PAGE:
What’s the expiration date of hate? The shelf life of discrimination? The half life of exclusion?
There is one, you know. Today’s institutional, systemic discrimination is tomorrow’s acceptance.
You can bemoan that fact as a symptom of moral relativism or the liberalization of society or you can champion that fact as symptom of right winning out over wrong, but it doesn’t matter.
Maurice Maeterlinck wrote, “At every crossroads on the path that leads to the future, tradition has placed 10,000 men to guard the past.”
Whether you’re a stumbling block or conduit, discrimination does have a shelf life.
Case in point: if you told me when I was growing up in the 80s and 90s that the presidential election of 2012 would have an incumbent African-American president, a Democrat, sparring with three possible Republican nominees—one a Mormon, one a Catholic, and the other a Lutheran turned Baptist turned Catholic who has chosen wives as many times as he’s chosen denominations—I would’ve laughed at your ridiculous ideas.
Just in my 30 years of life, I’ve heard people argue that a person’s race, a person’s religion (denomination!), or a person’s marital history not only precludes them from being a good leader, but also precludes him or her from being a whole person. The societal qualifications for complete personhood change. Opinions change. Things change.
Things progress. You can call yourself whatever you wish—moderate, liberal, conservative, etc.—and by all means follow and vote your convictions—but the world is progressing. And there doesn’t seem to be a whole lot that people can do to stop it.
Slow it down, sure. But you can’t stop it. The Arab Spring has sprung. Interracial couples marry and are more accepted. Women are ordained to serve as deacons, as ministers, as pastors in Baptist?—yes, Baptist—churches. People with disabilities are finding more societal support and understanding and less discrimination.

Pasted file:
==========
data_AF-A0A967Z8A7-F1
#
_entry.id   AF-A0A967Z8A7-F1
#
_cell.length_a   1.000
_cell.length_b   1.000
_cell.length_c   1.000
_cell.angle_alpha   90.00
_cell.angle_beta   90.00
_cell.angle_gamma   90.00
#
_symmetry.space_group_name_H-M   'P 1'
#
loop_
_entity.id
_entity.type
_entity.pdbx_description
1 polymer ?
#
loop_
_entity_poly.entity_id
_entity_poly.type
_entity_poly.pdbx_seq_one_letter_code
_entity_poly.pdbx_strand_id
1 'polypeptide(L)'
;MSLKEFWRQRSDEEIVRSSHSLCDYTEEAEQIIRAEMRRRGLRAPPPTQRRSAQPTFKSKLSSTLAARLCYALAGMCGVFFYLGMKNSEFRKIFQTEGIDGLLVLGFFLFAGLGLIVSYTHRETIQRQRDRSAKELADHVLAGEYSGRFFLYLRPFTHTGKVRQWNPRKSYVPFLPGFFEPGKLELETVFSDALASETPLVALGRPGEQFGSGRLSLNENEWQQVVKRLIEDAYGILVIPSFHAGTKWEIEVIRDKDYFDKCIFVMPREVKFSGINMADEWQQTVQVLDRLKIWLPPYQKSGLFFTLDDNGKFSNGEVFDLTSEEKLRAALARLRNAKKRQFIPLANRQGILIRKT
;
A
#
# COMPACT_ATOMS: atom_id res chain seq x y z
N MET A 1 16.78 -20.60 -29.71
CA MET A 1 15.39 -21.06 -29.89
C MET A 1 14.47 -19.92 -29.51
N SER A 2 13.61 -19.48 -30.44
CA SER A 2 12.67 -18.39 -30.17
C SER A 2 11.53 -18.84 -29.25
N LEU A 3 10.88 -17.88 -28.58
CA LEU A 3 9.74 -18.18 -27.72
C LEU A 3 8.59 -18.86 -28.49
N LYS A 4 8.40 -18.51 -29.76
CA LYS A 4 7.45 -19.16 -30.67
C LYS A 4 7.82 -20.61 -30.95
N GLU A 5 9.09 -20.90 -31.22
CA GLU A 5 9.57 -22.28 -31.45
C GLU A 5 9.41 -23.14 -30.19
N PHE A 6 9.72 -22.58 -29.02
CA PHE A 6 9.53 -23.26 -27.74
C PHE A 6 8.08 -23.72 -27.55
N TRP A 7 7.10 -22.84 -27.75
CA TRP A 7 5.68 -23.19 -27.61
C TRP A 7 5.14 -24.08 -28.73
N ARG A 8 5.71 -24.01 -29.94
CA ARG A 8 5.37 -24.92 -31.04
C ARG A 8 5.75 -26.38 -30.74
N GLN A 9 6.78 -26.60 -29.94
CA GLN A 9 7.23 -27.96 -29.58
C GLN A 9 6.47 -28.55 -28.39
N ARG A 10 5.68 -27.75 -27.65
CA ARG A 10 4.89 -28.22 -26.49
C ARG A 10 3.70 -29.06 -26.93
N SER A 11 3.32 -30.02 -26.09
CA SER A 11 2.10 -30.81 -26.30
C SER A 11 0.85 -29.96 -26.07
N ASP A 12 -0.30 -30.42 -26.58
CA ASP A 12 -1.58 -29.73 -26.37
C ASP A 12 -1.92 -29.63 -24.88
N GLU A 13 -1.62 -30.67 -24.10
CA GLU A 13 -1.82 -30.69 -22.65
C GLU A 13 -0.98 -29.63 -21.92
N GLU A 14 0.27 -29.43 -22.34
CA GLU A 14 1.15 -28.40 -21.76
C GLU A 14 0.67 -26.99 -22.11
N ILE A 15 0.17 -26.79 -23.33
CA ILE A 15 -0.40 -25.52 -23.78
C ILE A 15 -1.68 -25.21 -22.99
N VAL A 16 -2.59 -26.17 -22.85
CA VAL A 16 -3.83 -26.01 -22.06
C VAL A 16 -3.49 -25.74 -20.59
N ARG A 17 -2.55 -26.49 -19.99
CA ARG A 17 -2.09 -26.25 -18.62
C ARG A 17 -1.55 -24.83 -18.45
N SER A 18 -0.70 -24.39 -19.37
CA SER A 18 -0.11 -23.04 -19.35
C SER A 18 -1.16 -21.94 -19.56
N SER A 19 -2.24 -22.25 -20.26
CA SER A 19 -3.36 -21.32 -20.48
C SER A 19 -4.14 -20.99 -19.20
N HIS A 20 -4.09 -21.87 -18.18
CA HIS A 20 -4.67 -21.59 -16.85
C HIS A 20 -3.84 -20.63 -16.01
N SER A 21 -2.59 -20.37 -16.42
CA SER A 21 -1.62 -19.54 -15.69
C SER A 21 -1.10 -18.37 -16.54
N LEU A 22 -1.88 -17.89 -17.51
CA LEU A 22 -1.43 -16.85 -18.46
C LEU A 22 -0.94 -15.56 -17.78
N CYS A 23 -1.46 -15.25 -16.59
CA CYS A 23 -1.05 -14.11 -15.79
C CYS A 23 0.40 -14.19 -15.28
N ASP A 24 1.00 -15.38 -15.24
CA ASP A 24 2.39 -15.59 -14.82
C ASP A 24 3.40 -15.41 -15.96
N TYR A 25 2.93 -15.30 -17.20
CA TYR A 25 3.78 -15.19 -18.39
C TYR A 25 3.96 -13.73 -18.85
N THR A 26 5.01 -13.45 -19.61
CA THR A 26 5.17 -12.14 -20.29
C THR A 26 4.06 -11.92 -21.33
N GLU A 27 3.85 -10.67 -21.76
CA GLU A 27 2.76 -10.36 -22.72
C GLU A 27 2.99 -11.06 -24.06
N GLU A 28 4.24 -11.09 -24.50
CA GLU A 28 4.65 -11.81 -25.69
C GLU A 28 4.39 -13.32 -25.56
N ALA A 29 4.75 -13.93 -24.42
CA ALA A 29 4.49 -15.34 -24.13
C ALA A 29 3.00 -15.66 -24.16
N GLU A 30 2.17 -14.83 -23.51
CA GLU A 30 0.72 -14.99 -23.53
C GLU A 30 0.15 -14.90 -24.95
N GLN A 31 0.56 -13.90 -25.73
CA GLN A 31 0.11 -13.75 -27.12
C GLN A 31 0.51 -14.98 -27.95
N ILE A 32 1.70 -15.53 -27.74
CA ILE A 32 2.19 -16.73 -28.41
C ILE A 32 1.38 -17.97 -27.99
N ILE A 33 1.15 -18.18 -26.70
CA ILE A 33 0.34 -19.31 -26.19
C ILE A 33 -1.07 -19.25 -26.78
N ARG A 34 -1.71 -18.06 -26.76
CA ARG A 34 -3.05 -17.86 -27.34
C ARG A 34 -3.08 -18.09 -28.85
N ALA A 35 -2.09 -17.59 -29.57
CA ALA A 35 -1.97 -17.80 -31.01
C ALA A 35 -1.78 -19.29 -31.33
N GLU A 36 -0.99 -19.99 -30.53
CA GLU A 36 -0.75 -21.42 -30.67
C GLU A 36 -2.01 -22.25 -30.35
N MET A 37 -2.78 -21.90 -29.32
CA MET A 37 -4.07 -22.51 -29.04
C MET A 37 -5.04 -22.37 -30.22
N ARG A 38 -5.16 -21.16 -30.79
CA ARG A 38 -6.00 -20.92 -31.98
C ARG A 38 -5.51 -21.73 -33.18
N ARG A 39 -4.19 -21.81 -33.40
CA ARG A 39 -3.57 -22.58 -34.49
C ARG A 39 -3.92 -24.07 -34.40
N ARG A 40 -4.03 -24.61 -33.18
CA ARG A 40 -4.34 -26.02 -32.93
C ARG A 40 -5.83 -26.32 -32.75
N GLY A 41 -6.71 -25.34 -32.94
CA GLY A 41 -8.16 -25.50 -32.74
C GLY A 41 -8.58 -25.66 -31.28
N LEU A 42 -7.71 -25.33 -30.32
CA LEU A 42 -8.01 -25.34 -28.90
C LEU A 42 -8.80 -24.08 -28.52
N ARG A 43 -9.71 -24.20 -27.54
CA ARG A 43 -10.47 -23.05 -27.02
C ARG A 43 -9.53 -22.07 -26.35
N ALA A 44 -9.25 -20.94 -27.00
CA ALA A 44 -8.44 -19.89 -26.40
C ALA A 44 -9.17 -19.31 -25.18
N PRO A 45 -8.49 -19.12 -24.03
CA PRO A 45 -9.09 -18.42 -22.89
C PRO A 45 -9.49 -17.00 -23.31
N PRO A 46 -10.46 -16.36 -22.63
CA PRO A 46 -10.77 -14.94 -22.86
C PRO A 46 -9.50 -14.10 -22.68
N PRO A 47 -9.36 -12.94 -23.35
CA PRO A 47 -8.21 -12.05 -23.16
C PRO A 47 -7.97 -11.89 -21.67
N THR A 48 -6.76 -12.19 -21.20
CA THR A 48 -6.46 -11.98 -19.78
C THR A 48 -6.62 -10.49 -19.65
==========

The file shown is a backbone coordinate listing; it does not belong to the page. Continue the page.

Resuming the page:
You can argue notable exceptions to this white man’s thoughts about discrimination. You’d have a fair point. You can argue that people who peddle discrimination will always have a good living. You’re right. You can argue that, even in this election, people suggest that it’s more tolerable to be Catholic than Mormon (though they don’t care for either one), that it’s more acceptable to be black than to be married three times (though they don’t care for either one), more acceptable to be conservative than liberal, more acceptable to be moderately wealthy than to be ridiculously wealthy (though they don’t care for either one).
Discrimination hasn’t changed, you might argue, but the list of things we’ll tolerate has. Perhaps you’re right.
My point is this: if there’s safety in numbers, opinions that elevate one group of people and subjugate another will only be culturally safe for a certain amount of time. Discrimination is a gamble. History suggests it’s a losing gamble.
Know when to walk away from your hate. Know when to run. Progressing takes blood, sweat, and tears. Not progressing is more difficult and, ultimately, less successful.
What if your principles guide your acceptance or lack of acceptance? What if you’re not concerned about societal whims, just about the difference between right and wrong? If you’re a Christian, this is both your principle statement and your principal statement: “Love your neighbor as yourself.”
Let the dissection of the words love and neighbor continue just as they have for millennia; the progress of the world will continue even with the etymological dissection.
“The arc of the moral universe is long,” Martin Luther King said, “but it bends toward justice.”
Let the bending continue.
-Josh Hunt is pastor of Ross Grove Baptist Church in Shelby, N.C.